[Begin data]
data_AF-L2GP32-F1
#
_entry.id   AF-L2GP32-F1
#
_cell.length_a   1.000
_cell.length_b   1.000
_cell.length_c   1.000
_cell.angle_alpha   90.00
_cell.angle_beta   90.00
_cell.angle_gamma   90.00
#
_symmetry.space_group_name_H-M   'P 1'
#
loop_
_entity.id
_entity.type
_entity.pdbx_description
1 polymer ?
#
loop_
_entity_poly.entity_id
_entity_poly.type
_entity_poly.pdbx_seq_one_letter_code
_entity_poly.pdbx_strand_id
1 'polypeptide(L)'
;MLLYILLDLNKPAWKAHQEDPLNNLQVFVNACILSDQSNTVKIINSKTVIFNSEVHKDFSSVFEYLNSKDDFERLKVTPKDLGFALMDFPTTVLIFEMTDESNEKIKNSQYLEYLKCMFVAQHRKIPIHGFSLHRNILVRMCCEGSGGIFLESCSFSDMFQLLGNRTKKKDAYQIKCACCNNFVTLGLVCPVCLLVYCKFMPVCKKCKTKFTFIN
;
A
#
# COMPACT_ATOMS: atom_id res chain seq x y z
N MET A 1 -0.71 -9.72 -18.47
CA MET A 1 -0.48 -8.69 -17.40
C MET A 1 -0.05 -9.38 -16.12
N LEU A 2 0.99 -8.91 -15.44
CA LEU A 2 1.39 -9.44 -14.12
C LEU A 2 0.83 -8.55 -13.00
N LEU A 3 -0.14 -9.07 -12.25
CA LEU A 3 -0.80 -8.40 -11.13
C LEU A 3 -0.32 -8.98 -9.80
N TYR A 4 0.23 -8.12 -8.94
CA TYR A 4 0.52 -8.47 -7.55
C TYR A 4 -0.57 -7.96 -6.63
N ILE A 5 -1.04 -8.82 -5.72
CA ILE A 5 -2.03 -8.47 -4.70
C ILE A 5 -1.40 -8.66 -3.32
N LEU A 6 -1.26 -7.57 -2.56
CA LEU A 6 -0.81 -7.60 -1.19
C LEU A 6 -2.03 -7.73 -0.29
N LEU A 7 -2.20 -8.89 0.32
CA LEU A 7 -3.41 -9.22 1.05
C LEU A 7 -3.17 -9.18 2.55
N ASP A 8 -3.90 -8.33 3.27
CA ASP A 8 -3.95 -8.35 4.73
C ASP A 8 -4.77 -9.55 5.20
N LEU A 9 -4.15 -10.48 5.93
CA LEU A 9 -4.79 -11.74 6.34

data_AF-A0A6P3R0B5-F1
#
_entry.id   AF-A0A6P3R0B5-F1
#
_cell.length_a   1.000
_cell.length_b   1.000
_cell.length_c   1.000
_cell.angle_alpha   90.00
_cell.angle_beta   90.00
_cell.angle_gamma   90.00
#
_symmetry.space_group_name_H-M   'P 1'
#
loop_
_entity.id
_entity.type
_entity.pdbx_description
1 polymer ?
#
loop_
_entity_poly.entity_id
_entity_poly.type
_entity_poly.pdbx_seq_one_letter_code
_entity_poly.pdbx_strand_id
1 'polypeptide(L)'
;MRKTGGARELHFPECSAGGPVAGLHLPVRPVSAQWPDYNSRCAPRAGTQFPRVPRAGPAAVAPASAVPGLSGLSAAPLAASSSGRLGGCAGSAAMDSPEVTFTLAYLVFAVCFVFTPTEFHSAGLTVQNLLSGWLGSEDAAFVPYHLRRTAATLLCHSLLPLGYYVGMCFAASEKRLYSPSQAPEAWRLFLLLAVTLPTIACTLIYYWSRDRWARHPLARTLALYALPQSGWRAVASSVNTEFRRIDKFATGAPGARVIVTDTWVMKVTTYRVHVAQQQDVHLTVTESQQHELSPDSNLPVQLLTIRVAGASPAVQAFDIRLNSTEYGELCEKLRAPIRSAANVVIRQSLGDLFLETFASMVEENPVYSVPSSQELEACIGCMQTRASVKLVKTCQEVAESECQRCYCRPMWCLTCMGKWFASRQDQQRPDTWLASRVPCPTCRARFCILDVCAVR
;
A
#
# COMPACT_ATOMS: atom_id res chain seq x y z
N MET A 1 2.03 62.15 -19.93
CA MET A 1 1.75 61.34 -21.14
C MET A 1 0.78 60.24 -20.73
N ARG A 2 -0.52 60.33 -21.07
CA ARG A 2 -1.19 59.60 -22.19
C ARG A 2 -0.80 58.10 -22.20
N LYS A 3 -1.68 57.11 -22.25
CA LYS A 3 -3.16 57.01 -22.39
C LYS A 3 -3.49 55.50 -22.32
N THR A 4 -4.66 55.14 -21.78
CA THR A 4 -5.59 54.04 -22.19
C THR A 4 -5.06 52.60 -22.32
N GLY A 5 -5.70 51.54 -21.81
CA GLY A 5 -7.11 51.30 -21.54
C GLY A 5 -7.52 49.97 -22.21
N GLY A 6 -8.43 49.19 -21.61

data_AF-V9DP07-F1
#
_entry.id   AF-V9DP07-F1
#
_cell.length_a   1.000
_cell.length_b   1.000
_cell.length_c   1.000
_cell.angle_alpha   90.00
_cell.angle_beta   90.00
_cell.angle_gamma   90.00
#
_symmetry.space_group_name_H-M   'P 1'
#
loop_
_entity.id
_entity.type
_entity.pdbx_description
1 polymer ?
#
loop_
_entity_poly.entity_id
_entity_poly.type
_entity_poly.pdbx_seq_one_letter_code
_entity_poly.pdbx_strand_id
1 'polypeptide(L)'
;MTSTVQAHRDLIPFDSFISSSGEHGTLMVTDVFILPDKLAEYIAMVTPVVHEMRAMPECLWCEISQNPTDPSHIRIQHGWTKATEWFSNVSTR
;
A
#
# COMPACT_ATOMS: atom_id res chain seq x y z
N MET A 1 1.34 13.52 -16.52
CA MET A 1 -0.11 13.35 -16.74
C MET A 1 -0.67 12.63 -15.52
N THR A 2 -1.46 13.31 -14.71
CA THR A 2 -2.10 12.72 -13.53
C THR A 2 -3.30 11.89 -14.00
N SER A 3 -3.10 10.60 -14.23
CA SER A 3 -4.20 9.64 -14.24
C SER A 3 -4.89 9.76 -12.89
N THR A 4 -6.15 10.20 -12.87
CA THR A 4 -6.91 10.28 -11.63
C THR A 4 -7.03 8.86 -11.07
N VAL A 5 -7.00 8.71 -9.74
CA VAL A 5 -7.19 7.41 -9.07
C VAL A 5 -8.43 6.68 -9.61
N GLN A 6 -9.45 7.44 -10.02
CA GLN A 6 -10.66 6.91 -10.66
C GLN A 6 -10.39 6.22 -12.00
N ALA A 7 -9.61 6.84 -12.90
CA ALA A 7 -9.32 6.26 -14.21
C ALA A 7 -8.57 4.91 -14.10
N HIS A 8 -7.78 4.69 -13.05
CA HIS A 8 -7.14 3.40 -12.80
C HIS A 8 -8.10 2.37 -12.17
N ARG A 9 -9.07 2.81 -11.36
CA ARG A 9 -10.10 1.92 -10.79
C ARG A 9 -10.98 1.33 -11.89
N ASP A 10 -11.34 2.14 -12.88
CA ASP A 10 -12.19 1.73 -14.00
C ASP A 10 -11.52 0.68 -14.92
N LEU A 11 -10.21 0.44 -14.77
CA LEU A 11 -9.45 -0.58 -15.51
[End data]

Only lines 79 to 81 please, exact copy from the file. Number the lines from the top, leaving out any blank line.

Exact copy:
_entity_poly.pdbx_seq_one_letter_code
_entity_poly.pdbx_strand_id
1 'polypeptide(L)'